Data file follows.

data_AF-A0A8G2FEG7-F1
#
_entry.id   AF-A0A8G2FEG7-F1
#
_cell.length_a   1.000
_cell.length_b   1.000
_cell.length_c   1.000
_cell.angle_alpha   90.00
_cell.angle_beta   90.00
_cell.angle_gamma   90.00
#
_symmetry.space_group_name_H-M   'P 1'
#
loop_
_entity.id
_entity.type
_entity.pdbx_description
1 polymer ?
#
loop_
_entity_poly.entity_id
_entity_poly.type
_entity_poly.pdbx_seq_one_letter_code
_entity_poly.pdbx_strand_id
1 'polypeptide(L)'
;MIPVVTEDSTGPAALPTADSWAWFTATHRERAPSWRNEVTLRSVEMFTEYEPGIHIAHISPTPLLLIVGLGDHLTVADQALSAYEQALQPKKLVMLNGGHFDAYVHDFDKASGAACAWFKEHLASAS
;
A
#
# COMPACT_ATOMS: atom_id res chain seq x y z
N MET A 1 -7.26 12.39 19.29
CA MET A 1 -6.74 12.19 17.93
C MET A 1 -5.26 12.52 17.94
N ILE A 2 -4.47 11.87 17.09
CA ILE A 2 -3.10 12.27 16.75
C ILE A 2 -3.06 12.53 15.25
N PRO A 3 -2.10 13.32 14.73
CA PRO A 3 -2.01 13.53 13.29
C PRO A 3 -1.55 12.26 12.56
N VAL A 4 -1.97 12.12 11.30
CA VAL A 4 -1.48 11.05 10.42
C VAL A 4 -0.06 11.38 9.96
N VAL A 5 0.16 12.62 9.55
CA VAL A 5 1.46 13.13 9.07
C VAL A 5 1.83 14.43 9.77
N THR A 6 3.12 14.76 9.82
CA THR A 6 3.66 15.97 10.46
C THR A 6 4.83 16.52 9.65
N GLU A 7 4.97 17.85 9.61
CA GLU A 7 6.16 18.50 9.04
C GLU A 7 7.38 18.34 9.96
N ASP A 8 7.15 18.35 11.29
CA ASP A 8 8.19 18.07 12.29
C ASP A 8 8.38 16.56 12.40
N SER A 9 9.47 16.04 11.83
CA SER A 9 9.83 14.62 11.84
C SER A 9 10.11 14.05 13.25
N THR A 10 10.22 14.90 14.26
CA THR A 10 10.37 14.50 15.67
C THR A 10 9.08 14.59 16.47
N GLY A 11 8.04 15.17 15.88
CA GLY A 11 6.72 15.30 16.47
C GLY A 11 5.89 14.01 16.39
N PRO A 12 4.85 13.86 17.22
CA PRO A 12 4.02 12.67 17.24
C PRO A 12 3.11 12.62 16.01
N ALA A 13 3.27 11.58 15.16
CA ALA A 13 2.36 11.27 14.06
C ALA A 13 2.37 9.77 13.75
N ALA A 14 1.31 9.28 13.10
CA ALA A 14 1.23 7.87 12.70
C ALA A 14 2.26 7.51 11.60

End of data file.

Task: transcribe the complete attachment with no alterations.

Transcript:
data_AF-A0A8G2FEG7-F1
#
_entry.id   AF-A0A8G2FEG7-F1
#
_cell.length_a   1.000
_cell.length_b   1.000
_cell.length_c   1.000
_cell.angle_alpha   90.00
_cell.angle_beta   90.00
_cell.angle_gamma   90.00
#
_symmetry.space_group_name_H-M   'P 1'
#
loop_
_entity.id
_entity.type
_entity.pdbx_description
1 polymer ?
#
loop_
_entity_poly.entity_id
_entity_poly.type
_entity_poly.pdbx_seq_one_letter_code
_entity_poly.pdbx_strand_id
1 'polypeptide(L)'
;MIPVVTEDSTGPAALPTADSWAWFTATHRERAPSWRNEVTLRSVEMFTEYEPGIHIAHISPTPLLLIVGLGDHLTVADQALSAYEQALQPKKLVMLNGGHFDAYVHDFDKASGAACAWFKEHLASAS
;
A
#
# COMPACT_ATOMS: atom_id res chain seq x y z
N MET A 1 -7.26 12.39 19.29
CA MET A 1 -6.74 12.19 17.93
C MET A 1 -5.26 12.52 17.94
N ILE A 2 -4.47 11.87 17.09
CA ILE A 2 -3.10 12.27 16.75
C ILE A 2 -3.06 12.53 15.25
N PRO A 3 -2.10 13.32 14.73
CA PRO A 3 -2.01 13.53 13.29
C PRO A 3 -1.55 12.26 12.56
N VAL A 4 -1.97 12.12 11.30
CA VAL A 4 -1.48 11.05 10.42
C VAL A 4 -0.06 11.38 9.96
N VAL A 5 0.16 12.62 9.55
CA VAL A 5 1.46 13.13 9.07
C VAL A 5 1.83 14.43 9.77
N THR A 6 3.12 14.76 9.82
CA THR A 6 3.66 15.97 10.46
C THR A 6 4.83 16.52 9.65
N GLU A 7 4.97 17.85 9.61
CA GLU A 7 6.16 18.50 9.04
C GLU A 7 7.38 18.34 9.96
N ASP A 8 7.15 18.35 11.29
CA ASP A 8 8.19 18.07 12.29
C ASP A 8 8.38 16.56 12.40
N SER A 9 9.47 16.04 11.83
CA SER A 9 9.83 14.62 11.84
C SER A 9 10.11 14.05 13.25
N THR A 10 10.22 14.90 14.26
CA THR A 10 10.37 14.50 15.67
C THR A 10 9.08 14.59 16.47
N GLY A 11 8.04 15.17 15.88
CA GLY A 11 6.72 15.30 16.47
C GLY A 11 5.89 14.01 16.39
N PRO A 12 4.85 13.86 17.22
CA PRO A 12 4.02 12.67 17.24
C PRO A 12 3.11 12.62 16.01
N ALA A 13 3.27 11.58 15.16
CA ALA A 13 2.36 11.27 14.06
C ALA A 13 2.37 9.77 13.75
N ALA A 14 1.31 9.28 13.10
CA ALA A 14 1.23 7.87 12.70
C ALA A 14 2.26 7.51 11.60